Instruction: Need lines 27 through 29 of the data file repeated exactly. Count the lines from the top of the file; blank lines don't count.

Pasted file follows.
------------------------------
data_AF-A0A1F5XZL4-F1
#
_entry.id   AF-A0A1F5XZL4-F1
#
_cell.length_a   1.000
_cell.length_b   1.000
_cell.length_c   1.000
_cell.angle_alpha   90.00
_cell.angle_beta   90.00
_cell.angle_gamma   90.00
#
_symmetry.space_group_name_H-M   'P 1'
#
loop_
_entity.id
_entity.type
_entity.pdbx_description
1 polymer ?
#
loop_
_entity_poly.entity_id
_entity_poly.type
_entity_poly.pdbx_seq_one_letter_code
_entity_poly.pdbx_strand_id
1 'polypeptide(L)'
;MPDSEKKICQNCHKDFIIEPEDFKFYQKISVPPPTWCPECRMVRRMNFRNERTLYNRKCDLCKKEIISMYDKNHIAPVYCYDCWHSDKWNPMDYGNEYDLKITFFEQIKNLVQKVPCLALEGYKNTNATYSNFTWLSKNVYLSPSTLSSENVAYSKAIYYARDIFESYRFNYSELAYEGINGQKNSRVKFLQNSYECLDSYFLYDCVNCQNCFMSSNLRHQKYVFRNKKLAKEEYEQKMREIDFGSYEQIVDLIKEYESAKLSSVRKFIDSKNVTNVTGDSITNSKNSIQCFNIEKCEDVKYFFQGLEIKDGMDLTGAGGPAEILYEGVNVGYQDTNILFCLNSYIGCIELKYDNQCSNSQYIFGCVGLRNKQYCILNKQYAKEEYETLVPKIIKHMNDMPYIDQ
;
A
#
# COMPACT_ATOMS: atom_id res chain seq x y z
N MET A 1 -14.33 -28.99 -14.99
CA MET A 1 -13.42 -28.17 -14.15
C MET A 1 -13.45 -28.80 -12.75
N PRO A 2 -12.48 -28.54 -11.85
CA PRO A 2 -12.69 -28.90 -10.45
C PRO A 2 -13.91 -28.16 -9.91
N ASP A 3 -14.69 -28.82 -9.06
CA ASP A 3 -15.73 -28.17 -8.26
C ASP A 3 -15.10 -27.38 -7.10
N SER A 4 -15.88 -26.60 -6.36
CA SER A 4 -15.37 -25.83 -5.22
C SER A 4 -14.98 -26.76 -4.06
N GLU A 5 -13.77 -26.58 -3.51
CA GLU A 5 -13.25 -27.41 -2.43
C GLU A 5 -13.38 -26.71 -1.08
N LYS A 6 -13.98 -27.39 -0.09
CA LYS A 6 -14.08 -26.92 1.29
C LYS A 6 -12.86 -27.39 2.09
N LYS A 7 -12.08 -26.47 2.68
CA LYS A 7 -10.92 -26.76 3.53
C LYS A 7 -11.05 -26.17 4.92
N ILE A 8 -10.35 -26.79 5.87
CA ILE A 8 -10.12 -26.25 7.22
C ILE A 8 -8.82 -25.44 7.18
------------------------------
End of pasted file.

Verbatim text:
;
A
#